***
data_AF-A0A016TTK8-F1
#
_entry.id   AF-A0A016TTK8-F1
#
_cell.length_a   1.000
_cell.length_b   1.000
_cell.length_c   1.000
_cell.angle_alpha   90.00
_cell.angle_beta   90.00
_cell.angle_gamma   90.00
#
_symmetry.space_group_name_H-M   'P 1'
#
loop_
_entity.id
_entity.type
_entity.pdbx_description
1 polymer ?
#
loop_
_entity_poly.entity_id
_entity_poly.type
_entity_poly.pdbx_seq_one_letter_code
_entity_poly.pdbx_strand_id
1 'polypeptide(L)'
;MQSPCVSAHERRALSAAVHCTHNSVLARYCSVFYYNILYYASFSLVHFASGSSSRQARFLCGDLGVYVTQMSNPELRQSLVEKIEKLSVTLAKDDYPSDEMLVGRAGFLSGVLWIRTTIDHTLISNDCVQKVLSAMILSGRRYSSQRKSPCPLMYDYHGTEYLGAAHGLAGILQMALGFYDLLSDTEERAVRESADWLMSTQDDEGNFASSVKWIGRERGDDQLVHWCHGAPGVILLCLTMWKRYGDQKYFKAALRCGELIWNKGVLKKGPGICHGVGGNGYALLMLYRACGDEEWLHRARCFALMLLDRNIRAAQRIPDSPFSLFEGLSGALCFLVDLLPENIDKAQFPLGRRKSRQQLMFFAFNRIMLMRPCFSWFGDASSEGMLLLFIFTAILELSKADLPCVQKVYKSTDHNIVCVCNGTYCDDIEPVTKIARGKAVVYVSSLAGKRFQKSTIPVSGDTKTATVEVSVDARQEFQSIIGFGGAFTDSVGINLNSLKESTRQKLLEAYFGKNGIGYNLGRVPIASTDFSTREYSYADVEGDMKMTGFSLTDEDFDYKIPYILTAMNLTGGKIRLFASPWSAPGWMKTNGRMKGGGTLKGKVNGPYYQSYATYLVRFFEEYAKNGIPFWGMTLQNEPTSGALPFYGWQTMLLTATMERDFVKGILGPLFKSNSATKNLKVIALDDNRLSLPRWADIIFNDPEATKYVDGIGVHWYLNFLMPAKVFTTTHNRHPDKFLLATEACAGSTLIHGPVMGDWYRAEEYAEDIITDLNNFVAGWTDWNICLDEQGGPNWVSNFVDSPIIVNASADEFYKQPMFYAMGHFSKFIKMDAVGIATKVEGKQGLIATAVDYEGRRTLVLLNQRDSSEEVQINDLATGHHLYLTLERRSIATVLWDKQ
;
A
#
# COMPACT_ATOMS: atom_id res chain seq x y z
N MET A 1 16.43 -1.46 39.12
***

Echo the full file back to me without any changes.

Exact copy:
data_AF-A0A016TTK8-F1
#
_entry.id   AF-A0A016TTK8-F1
#
_cell.length_a   1.000
_cell.length_b   1.000
_cell.length_c   1.000
_cell.angle_alpha   90.00
_cell.angle_beta   90.00
_cell.angle_gamma   90.00
#
_symmetry.space_group_name_H-M   'P 1'
#
loop_
_entity.id
_entity.type
_entity.pdbx_description
1 polymer ?
#
loop_
_entity_poly.entity_id
_entity_poly.type
_entity_poly.pdbx_seq_one_letter_code
_entity_poly.pdbx_strand_id
1 'polypeptide(L)'
;MQSPCVSAHERRALSAAVHCTHNSVLARYCSVFYYNILYYASFSLVHFASGSSSRQARFLCGDLGVYVTQMSNPELRQSLVEKIEKLSVTLAKDDYPSDEMLVGRAGFLSGVLWIRTTIDHTLISNDCVQKVLSAMILSGRRYSSQRKSPCPLMYDYHGTEYLGAAHGLAGILQMALGFYDLLSDTEERAVRESADWLMSTQDDEGNFASSVKWIGRERGDDQLVHWCHGAPGVILLCLTMWKRYGDQKYFKAALRCGELIWNKGVLKKGPGICHGVGGNGYALLMLYRACGDEEWLHRARCFALMLLDRNIRAAQRIPDSPFSLFEGLSGALCFLVDLLPENIDKAQFPLGRRKSRQQLMFFAFNRIMLMRPCFSWFGDASSEGMLLLFIFTAILELSKADLPCVQKVYKSTDHNIVCVCNGTYCDDIEPVTKIARGKAVVYVSSLAGKRFQKSTIPVSGDTKTATVEVSVDARQEFQSIIGFGGAFTDSVGINLNSLKESTRQKLLEAYFGKNGIGYNLGRVPIASTDFSTREYSYADVEGDMKMTGFSLTDEDFDYKIPYILTAMNLTGGKIRLFASPWSAPGWMKTNGRMKGGGTLKGKVNGPYYQSYATYLVRFFEEYAKNGIPFWGMTLQNEPTSGALPFYGWQTMLLTATMERDFVKGILGPLFKSNSATKNLKVIALDDNRLSLPRWADIIFNDPEATKYVDGIGVHWYLNFLMPAKVFTTTHNRHPDKFLLATEACAGSTLIHGPVMGDWYRAEEYAEDIITDLNNFVAGWTDWNICLDEQGGPNWVSNFVDSPIIVNASADEFYKQPMFYAMGHFSKFIKMDAVGIATKVEGKQGLIATAVDYEGRRTLVLLNQRDSSEEVQINDLATGHHLYLTLERRSIATVLWDKQ
;
A
#
# COMPACT_ATOMS: atom_id res chain seq x y z
N MET A 1 16.43 -1.46 39.12